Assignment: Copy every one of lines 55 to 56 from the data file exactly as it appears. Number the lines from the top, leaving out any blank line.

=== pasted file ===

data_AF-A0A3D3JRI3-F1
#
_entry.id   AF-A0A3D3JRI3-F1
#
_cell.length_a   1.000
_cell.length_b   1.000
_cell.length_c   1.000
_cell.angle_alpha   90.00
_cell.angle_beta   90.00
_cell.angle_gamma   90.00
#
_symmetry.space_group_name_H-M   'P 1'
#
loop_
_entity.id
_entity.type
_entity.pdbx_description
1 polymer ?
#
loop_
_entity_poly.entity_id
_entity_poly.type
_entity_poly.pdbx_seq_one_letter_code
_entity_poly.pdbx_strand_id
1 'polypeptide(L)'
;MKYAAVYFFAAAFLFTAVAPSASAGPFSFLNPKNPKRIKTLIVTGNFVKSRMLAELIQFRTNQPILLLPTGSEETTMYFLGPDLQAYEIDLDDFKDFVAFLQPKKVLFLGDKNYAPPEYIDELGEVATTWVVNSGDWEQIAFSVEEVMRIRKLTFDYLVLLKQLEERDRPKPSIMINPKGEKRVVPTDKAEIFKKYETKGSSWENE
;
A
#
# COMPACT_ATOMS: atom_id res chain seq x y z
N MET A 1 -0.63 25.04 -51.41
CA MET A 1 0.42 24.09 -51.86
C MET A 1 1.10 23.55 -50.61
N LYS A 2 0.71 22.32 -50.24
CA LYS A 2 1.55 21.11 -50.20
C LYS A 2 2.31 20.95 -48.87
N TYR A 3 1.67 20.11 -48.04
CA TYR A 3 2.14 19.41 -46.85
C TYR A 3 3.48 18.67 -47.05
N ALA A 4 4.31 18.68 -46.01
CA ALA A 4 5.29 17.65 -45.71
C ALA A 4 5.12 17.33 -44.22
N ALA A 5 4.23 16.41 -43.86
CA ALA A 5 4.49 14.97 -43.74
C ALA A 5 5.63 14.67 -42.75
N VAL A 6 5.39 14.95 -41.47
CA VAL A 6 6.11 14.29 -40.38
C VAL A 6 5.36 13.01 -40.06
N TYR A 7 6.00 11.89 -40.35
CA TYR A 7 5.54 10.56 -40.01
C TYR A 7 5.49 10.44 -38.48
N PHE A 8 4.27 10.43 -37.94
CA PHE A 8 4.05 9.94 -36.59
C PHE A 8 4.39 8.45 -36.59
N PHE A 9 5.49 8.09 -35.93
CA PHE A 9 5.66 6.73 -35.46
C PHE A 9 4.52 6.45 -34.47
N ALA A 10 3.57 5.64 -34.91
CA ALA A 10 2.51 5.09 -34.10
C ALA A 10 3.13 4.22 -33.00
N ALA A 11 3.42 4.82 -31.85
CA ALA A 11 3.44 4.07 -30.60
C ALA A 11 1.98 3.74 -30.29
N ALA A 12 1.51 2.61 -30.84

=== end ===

N PHE A 9 5.49 8.09 -35.93
CA PHE A 9 5.66 6.73 -35.46